In addition, dill extract or dill tablet-receiving hamsters (200 mg/kg) showed significantly reduced HMG-CoA reductase activity compared with high cholesterol diet fed or control hamsters (), while the changes made in enzyme activity after treatment of animals with 100 mg/kg of dill extract or dill tablet did not reach statistical significance (Figure 4).

Figure 4: HMG-CoA reductase activity in different groups of hamsters after four weeks of treatment with dill tablet and extract. compared with high cholesterol diet and control. Data are presented as means ± SEM.

4. Discussion

Many epidemiological studies have shown a direct relationship between lipid abnormalities, particularly increased levels of total cholesterol and LDL-C, and the risk of coronary vascular diseases (CVD) [1]. Suppression of HMG-CoA reductase activity, the rate-limiting enzyme in the of cholesterol biosynthesis pathway, causes significant reduction in VLDL-C production by the liver, upregulation of liver LDL receptor, and consequently clearance of LDL-C from blood circulation [10]. In this study, total cholesterol, triglycerides, LDL-C, and VLDL-C significantly reduced, while HDL-C increased in dill extract and dill tablet treated animals. Our results are in agreement with the previous studies by Yazdanparast and Bahramikia [11], Setorkil et al. [12], and Yazdanpanah [7] who confirmed that dill significantly declines blood glucose, cholesterol, triglyceride, LDL-C, and VLDL-C and also increases HDL-C level in the diabetic, hyperlipidemic, and metabolic syndrome patients as well as in experimental animal models.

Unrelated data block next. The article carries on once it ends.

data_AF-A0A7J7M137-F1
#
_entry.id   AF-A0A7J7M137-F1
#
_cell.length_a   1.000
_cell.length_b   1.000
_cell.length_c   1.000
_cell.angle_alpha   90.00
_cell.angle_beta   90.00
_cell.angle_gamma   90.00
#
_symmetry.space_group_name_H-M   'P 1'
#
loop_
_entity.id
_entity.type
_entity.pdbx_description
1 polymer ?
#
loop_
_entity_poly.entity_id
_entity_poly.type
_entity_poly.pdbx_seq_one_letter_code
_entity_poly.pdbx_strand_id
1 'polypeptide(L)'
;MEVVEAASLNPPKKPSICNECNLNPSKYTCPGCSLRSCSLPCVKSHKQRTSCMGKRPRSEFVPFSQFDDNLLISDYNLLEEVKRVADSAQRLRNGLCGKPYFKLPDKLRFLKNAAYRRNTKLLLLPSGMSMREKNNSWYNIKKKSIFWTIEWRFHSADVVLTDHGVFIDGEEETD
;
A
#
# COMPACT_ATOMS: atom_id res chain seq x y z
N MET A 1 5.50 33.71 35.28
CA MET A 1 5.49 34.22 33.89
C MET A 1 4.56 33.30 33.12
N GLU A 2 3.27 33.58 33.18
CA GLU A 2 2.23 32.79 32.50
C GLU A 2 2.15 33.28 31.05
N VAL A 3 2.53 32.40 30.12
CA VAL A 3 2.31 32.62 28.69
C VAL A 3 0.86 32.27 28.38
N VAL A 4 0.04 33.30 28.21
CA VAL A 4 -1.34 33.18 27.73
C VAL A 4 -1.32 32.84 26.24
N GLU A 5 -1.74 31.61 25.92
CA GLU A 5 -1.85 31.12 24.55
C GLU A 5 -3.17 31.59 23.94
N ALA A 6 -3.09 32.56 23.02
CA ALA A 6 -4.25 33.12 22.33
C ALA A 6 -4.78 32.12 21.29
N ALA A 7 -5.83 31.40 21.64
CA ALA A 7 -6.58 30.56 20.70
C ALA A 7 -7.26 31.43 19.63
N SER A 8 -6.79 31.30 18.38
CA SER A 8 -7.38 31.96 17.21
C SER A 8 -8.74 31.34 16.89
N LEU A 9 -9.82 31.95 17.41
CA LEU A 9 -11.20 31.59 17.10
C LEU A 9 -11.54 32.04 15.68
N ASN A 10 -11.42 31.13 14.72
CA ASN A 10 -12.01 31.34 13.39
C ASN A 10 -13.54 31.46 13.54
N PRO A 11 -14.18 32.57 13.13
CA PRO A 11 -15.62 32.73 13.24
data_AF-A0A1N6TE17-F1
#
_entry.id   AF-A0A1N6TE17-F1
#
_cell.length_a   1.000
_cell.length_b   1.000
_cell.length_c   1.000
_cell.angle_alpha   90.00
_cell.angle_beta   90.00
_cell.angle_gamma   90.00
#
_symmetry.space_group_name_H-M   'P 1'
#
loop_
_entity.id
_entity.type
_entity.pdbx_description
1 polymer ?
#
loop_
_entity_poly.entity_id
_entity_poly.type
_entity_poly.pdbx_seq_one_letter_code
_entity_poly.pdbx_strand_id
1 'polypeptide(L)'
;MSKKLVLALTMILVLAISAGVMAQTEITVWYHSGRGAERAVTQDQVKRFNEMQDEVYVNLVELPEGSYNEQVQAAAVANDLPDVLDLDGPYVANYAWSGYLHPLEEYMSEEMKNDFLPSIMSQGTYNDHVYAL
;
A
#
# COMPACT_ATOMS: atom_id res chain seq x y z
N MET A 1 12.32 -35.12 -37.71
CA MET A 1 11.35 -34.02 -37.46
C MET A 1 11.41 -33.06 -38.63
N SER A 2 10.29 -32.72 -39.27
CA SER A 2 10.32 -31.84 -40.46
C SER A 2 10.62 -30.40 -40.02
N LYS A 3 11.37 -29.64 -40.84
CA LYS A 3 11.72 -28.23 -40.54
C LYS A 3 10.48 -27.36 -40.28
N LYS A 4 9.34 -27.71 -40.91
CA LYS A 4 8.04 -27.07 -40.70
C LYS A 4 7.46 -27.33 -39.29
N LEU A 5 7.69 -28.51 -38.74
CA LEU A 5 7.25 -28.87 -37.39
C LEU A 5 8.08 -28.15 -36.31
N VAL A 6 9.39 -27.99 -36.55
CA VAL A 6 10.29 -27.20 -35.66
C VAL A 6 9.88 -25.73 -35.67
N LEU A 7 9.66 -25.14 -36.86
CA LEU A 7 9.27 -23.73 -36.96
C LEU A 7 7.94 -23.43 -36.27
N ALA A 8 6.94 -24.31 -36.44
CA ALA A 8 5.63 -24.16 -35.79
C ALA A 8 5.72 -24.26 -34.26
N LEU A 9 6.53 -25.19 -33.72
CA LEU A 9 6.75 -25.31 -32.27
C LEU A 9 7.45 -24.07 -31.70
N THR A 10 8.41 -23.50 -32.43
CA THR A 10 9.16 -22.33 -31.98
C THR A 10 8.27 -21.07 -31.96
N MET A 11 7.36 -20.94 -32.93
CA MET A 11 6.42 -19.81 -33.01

This study presents preliminary results indicating that dill tablet and dill extract are able to decline total cholesterol levels by inhibiting liver HMG-CoA reductase activity. The main approach involved in hypercholesterolemia treatment is the suppression of cholesterol synthesis by declining of HMG-CoA reductase activity which is known as the rate-limiting enzyme in the cholesterol biosynthesis pathway [13]. HMG-CoA reductase gene expression was significantly reduced in high cholesterol diet fed groups that were treated by 100 and 200 mg/kg of dill tablet and dill extract.

However, only dill tablet and dill extract at the dose of 200 mg/kg reduced HMG-CoA reductase activity. As we expected, HMG-CoA reductase activity reduced in high cholesterol diet fed group. According to these findings, we suggest that 200 mg/kg dose of dill possibly exerts its regulatory effect at the transcriptional, translational, and posttranslational levels.